You will also improve your ability to think critically and creatively about contemporary communications and cultural practices. When you have completed the programme you will have at your disposal a range of tools that will enable you to analyse contemporary communications, to make judgments about their significance and value and be able to thoughtfully contribute to contemporary communications.
A unique approach to the study of brands
This MA is not a conventional branding or marketing course. Instead it offers a unique approach to the study of brands. This is reflected in the topics taught on our core modules, which include:
The MA Brands, Communication and Culture is taught across two departments: Media & Communications and Sociology. This gives you access to experts in many fields. In addition to the two core courses you will have the opportunity to customize your degree by choosing from a range of modules from different departments to allow you to explore your own interests and make wider connections.
We welcome students who bring to the course a range of experiences and interests in communication, management, politics, design and the cultural industries.
Recent dissertation topics include:
The programme is made up of two core modules (60 credits in total), between two and four options modules (60 credits in total), and a dissertation (60 credits).
The first core module, Branding I, introduces you to contemporary definitions and theories of branding, its history and development, changes in the role of marketing, promotion and design, and their place in the global economy.
The second core module, Branding II, puts greater emphasis on contemporary themes and issues in branding, and their relationship to wider debates in society, economy and culture.
Throughout the core components of the degree, you will examine the wide range of ways in which branding is currently used, in organisations ranging from large corporations to public sector bodies, charities and other third sector organisations.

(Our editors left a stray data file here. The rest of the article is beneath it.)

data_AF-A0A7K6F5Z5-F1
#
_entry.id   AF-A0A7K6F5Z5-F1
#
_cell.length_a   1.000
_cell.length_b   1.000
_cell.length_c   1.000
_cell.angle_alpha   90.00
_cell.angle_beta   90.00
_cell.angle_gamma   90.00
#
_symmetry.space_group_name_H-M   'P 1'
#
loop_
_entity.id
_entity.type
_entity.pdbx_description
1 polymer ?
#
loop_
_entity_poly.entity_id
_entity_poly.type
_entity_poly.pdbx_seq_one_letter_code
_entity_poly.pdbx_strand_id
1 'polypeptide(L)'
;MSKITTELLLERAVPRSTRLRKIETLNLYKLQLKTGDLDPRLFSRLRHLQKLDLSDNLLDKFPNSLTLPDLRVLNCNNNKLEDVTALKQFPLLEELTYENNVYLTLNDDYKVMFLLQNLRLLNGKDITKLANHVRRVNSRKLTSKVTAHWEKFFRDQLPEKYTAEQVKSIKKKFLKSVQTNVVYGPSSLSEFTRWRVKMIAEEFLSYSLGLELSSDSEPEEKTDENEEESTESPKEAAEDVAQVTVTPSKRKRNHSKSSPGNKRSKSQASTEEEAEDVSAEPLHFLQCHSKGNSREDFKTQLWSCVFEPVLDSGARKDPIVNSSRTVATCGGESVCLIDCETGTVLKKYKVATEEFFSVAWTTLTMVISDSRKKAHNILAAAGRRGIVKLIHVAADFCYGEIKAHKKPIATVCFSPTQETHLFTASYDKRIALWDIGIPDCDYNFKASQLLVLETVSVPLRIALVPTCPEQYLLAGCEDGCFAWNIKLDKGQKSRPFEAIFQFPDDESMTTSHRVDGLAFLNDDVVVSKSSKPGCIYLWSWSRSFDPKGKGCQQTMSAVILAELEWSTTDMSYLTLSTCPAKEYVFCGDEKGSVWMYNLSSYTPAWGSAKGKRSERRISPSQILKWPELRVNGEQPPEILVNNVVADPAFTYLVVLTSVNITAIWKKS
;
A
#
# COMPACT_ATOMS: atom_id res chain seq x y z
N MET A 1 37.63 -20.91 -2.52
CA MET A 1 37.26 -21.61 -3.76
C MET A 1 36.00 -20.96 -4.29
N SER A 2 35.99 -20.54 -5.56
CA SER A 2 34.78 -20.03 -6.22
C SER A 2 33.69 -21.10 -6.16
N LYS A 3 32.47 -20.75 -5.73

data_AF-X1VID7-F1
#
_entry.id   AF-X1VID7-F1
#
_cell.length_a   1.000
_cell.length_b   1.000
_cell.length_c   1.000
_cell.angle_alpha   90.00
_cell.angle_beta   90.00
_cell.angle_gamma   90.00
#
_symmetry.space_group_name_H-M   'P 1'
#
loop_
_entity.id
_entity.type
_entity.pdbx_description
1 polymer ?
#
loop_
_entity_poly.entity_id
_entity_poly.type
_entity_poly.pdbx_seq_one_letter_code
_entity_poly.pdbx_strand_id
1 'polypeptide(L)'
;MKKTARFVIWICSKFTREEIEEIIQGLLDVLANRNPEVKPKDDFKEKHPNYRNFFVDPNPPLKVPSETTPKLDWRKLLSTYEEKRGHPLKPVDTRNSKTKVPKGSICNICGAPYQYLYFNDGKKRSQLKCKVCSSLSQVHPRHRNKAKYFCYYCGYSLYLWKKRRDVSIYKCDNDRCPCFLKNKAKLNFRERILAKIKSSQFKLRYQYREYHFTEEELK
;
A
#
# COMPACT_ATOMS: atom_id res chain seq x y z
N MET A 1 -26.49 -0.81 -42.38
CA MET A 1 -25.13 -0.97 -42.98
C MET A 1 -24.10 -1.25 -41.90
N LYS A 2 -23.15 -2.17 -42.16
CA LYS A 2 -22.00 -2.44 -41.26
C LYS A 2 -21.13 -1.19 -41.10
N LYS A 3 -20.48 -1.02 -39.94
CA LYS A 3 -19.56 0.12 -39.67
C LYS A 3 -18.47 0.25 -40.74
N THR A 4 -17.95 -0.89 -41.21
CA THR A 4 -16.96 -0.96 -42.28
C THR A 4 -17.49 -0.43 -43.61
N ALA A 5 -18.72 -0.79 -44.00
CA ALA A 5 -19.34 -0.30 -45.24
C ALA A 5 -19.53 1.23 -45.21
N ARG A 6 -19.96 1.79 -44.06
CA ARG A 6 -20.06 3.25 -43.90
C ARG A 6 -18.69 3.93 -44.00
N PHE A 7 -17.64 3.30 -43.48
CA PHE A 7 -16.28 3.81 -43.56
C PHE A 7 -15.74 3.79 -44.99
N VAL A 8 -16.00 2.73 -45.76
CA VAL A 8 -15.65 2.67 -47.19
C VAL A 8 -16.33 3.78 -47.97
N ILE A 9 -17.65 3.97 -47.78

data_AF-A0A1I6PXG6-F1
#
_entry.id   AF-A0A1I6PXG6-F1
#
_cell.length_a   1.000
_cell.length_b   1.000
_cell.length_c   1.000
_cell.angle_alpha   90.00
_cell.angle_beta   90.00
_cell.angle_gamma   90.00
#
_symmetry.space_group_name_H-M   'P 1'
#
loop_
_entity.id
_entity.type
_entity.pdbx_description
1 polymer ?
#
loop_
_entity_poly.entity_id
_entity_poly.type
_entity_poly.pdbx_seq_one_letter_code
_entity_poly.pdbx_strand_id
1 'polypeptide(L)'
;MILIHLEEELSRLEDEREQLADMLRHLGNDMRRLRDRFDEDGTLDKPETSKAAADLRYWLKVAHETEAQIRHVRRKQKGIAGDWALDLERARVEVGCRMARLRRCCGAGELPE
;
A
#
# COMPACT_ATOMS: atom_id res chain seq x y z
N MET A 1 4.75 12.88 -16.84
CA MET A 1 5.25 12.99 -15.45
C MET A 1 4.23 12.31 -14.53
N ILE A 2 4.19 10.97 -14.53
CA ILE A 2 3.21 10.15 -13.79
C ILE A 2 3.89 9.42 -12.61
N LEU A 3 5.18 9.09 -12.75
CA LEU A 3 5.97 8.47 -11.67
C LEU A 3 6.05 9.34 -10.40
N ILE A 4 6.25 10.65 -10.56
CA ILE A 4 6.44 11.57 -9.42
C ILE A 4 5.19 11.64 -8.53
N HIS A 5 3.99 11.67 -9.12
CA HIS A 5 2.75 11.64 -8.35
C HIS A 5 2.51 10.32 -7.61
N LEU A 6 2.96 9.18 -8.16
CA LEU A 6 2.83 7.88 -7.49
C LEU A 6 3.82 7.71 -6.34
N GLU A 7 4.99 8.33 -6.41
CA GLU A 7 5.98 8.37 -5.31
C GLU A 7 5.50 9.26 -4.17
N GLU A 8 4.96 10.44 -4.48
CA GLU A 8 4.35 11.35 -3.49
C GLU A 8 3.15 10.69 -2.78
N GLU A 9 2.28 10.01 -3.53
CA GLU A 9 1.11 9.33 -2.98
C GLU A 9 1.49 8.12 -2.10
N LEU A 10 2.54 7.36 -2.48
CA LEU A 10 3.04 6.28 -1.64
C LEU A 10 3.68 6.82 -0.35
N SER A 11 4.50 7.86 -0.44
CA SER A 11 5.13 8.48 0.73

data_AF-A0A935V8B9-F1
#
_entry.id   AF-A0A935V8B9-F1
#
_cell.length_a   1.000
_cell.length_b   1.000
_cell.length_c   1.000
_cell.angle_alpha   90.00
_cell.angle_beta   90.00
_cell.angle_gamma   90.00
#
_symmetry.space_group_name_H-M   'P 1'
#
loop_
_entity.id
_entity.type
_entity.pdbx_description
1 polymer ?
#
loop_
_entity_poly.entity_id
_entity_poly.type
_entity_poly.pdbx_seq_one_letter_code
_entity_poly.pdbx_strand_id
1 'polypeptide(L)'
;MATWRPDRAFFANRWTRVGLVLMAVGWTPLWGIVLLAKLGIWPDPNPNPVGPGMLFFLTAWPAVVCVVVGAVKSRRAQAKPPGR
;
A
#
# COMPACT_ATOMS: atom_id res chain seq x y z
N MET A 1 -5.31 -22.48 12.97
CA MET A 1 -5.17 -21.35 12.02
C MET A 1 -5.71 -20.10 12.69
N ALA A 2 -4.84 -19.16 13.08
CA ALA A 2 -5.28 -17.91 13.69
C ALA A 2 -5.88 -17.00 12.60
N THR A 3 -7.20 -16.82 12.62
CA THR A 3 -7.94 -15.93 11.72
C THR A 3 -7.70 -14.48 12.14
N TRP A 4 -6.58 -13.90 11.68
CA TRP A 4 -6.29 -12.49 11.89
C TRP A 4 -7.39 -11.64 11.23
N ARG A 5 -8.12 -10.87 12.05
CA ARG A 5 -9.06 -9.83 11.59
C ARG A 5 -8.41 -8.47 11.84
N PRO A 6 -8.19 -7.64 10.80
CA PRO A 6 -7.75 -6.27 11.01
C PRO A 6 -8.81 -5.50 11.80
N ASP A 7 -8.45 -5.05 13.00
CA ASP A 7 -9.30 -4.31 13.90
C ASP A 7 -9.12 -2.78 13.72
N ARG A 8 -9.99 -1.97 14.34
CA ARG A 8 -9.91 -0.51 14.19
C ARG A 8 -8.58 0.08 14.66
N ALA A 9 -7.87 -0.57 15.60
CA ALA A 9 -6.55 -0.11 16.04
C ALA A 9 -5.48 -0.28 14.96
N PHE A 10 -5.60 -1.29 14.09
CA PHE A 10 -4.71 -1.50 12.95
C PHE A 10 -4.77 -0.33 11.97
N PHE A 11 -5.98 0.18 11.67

For the optional modules, you'll have an opportunity to explore some of the wider contexts for brands and branding by taking up to 60 credits of modules provided elsewhere in Media and Communications or neighbouring departments such as Sociology, Cultural Studies and Anthropology.
Part-time students typically take the two core modules in their first year, and the options modules plus the dissertation in their second year.
The department offers some practice-based options in areas such as:
Assessment consists of coursework, extended essays, reports, presentations, practice based projects or essays/logs, group projects, reflective essays, and seen and unseen written examinations.
Please note that due to staff research commitments not all of these modules may be available every year.
The programme helps students to develop a high-level understanding of contemporary branding and communications techniques and their social, economic and political contexts. You will be encouraged to develop your critical reasoning skills and your understanding of contemporary cultural and media theory, but also to develop greater visual literacy and a capacity for creative thinking. Assessments are designed to ensure that you are able to apply these skills in practical ways.
The programme equips you with the skills necessary to pursue a wide range of careers related to branding and communication in the media and other industries. Students are encouraged to seek work experience and work placements during the programme as time allows. The MA also allows you to pursue further academic research in one or more of the areas covered on the programme.
Find out more about employability at Goldsmiths.